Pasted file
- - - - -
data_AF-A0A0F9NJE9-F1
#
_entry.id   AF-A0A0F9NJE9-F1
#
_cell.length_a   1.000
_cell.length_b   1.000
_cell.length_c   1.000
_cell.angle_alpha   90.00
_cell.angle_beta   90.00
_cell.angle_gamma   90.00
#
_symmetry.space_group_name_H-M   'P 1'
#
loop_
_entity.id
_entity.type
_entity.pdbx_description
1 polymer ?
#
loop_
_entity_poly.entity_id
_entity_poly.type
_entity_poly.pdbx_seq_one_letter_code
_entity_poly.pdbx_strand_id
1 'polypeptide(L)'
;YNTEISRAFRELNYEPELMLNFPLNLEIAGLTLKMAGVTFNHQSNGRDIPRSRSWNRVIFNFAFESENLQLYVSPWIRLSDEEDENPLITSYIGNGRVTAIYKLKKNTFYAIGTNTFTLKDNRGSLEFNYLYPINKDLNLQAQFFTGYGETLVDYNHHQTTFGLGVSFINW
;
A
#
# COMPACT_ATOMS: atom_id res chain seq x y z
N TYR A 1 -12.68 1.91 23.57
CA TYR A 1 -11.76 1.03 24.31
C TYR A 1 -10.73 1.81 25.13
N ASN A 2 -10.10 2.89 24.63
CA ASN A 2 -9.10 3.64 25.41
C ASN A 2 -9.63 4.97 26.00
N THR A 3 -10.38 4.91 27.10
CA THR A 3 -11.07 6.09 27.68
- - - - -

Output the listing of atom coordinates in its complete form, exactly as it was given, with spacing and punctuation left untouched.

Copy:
data_AF-A0A0F9NJE9-F1
#
_entry.id   AF-A0A0F9NJE9-F1
#
_cell.length_a   1.000
_cell.length_b   1.000
_cell.length_c   1.000
_cell.angle_alpha   90.00
_cell.angle_beta   90.00
_cell.angle_gamma   90.00
#
_symmetry.space_group_name_H-M   'P 1'
#
loop_
_entity.id
_entity.type
_entity.pdbx_description
1 polymer ?
#
loop_
_entity_poly.entity_id
_entity_poly.type
_entity_poly.pdbx_seq_one_letter_code
_entity_poly.pdbx_strand_id
1 'polypeptide(L)'
;YNTEISRAFRELNYEPELMLNFPLNLEIAGLTLKMAGVTFNHQSNGRDIPRSRSWNRVIFNFAFESENLQLYVSPWIRLSDEEDENPLITSYIGNGRVTAIYKLKKNTFYAIGTNTFTLKDNRGSLEFNYLYPINKDLNLQAQFFTGYGETLVDYNHHQTTFGLGVSFINW
;
A
#
# COMPACT_ATOMS: atom_id res chain seq x y z
N TYR A 1 -12.68 1.91 23.57
CA TYR A 1 -11.76 1.03 24.31
C TYR A 1 -10.73 1.81 25.13
N ASN A 2 -10.10 2.89 24.63
CA ASN A 2 -9.10 3.64 25.41
C ASN A 2 -9.63 4.97 26.00
N THR A 3 -10.38 4.91 27.10
CA THR A 3 -11.07 6.09 27.68